Monday, 23 September 2013
UKYA Review: Skulk by Rosie Best
Release date: 1st October 2013
I got it from: NetGalley
When Meg witnesses the dying moments of a shapeshifting fox and is given a beautiful and powerful stone, her life changes forever. She is plunged into the dark world of the Skulk, a group of shapeshifting foxes.
As she learns about the other groups of shapeshifters that lurk around London – the Rabble, the Horde, the Cluster and the Conspiracy – she becomes aware of a deadly threat against all the shapeshifters. They must put aside all their enmity and hostility and fight together to defeat it.
I've had a run of mediocre books from NetGalley recently, but as soon as I started reading Skulk, I knew I'd stumbled across something special. For one thing, it's British, which immediately brings it up in my estimation. I can't help it, there's something kind of amazing about reading a great Brit book after trawling through mountains of US stuff. But that's not all Skulk has going for it - not by a long shot...
It's shapeshifters, but not as we know them. Somehow, Best has come up with a really original way of using shifters. I didn't think there were any left, but Best's groups of shifters are new and appealing. The history and origins of these shifters are interesting, and the way that Meg becomes one is very different. No infected bites here! The description of Meg's first shift, and all that comes with it, is brilliantly-written. In fact, the whole book is. Best brings her characters to life wonderfully - not just Meg, though her voice is very real, honest and likeable - but the rest of the skulk group who Meg meets, and other shifters that she comes across later, are all well-formed, interesting characters. Meg's parents, while lacking in parental skills, are beautifully evil as characters! Meg herself is a multi-faceted girl, on one level a rich, priveladged girl with a crappy home life, on another she's a talented grafitti artist with a mission. Then the skulk comes along and everything changes, and she becomes a reluctant heroine.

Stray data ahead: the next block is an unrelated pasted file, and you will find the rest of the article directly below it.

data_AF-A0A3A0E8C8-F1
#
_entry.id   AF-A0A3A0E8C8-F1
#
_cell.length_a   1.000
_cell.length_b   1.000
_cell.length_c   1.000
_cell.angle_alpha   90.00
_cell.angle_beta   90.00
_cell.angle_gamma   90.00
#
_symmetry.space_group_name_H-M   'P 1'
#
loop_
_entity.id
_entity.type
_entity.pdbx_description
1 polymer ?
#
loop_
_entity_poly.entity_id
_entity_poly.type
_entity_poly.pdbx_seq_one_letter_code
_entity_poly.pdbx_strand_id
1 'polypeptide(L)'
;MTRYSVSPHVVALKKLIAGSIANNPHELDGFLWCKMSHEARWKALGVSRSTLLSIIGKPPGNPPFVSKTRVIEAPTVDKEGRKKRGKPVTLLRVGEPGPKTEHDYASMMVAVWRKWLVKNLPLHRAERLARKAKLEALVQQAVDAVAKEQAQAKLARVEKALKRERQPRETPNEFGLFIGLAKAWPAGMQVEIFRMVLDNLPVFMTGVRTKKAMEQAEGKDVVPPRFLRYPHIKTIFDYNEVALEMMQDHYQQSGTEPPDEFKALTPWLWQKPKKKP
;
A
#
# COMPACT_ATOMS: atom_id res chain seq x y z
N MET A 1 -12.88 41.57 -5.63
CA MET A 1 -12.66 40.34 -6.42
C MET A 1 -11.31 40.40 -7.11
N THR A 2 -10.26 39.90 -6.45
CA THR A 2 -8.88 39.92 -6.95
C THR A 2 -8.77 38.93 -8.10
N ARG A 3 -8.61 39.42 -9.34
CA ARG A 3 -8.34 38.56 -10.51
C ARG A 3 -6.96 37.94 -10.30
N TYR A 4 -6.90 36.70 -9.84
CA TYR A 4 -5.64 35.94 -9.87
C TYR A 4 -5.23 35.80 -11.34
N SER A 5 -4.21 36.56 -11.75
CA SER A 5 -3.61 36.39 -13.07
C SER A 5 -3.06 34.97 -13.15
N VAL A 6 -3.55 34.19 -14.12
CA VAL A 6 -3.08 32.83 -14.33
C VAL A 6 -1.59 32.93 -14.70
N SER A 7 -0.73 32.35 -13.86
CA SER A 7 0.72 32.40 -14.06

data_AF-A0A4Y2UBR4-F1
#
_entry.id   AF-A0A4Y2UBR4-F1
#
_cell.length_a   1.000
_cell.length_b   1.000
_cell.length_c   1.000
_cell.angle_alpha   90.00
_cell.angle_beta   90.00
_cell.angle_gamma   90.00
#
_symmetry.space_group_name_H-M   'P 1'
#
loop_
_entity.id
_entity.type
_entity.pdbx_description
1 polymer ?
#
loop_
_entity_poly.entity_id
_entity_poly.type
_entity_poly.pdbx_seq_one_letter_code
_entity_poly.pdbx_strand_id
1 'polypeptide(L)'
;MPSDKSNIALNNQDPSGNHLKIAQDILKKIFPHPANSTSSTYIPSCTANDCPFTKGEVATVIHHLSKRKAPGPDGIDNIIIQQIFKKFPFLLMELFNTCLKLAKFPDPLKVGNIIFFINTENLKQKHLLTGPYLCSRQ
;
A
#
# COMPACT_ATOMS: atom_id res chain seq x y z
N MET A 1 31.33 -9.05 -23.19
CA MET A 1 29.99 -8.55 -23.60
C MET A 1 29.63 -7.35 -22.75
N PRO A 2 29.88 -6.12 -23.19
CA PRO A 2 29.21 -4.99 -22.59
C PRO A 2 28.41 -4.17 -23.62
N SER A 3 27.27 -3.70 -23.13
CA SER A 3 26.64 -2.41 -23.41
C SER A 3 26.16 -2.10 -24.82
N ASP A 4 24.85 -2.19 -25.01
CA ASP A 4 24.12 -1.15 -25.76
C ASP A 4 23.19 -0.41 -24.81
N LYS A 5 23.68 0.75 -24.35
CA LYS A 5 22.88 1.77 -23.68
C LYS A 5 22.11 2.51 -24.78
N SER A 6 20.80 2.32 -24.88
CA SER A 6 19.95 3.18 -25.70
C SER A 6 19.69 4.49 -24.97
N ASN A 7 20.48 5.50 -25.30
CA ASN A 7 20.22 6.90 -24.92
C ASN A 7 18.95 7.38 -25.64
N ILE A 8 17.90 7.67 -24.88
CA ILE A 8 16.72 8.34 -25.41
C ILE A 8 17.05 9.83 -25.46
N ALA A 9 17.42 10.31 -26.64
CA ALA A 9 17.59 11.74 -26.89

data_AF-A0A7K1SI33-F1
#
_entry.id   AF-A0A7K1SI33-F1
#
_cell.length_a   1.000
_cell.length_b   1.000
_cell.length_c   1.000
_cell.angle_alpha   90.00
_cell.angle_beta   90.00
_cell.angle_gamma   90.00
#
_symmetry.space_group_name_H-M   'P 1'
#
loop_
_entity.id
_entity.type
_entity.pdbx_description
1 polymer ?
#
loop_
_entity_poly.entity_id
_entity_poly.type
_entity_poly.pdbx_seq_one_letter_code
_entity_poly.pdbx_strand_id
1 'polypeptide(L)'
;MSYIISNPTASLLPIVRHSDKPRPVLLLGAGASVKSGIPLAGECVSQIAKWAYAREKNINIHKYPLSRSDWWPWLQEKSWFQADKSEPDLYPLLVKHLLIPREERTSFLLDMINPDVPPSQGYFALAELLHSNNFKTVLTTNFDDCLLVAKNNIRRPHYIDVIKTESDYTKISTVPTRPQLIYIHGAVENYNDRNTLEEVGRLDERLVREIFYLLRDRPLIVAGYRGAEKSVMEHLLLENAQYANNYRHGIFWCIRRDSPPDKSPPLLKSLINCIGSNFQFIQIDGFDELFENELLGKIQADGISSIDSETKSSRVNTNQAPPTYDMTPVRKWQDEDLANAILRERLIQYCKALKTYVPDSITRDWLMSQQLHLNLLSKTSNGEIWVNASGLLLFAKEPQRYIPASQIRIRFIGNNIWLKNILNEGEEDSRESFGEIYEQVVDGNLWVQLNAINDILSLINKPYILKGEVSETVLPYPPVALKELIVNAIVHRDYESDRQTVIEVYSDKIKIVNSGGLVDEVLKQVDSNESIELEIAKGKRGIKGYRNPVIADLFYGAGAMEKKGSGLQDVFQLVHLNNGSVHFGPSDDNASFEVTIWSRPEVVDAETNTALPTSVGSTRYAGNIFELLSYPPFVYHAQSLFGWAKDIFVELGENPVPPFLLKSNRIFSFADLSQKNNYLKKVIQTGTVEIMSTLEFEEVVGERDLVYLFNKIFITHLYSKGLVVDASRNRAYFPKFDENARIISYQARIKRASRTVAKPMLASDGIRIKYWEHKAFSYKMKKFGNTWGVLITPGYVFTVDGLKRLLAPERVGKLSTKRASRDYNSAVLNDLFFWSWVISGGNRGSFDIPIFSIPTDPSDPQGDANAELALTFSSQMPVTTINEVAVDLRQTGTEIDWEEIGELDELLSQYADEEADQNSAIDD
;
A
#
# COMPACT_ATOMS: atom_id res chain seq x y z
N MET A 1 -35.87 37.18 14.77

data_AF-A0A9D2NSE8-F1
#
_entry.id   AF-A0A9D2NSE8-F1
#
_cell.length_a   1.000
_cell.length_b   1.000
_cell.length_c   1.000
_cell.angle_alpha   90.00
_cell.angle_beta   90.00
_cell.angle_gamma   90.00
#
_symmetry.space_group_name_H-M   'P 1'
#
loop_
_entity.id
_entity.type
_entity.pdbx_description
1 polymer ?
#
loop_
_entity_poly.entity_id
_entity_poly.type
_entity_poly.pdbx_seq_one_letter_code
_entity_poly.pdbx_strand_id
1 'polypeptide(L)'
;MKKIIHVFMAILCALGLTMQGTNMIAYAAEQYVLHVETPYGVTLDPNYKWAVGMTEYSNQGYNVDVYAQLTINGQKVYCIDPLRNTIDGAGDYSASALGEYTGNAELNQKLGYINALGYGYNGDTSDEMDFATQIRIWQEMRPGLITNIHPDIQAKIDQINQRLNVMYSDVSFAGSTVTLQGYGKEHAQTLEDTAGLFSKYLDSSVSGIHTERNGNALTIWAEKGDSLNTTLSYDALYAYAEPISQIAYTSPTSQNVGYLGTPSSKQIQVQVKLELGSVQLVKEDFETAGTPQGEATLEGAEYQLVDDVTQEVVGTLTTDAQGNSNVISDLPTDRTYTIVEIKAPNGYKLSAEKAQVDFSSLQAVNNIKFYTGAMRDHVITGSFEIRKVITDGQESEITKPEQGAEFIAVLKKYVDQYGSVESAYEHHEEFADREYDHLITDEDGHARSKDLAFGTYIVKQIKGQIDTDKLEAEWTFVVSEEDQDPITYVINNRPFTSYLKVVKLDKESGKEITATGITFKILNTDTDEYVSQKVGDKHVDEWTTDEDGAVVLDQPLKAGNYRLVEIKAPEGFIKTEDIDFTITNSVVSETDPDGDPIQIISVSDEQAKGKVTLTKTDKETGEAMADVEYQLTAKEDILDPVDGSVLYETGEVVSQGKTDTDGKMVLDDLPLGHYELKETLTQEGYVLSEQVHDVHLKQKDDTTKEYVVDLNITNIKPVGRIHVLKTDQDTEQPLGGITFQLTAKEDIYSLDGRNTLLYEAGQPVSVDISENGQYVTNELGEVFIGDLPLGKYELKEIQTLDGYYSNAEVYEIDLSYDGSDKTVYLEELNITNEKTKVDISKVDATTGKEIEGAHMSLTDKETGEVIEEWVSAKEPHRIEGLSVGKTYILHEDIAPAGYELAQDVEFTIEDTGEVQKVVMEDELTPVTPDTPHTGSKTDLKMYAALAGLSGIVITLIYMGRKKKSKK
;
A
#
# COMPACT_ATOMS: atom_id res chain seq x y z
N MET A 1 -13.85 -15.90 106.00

There's a lot of action, and it's well-paced. Best isn't afraid to let bad things happen, to show us a bit of blood and gore, and there's none of the 'talking down' effect that you come across in some YA books. Best treats her readers as intelligent people, and she hits exactly the right point between giving enough description to bring her world to life, while leaving just enough to the imagination of the reader. There's a hint of romance towards the end that I think will be built on in subsequent books, but it's not the be-all and end-all of the story, there's no inappropriate swooning at crucial moments and everybody isn't gorgeous! There are a lot of levels to this book if you start pulling it apart - a lot of different issues are brought up, but it's done in a subtle way so that taken as a whole it's just a really good read.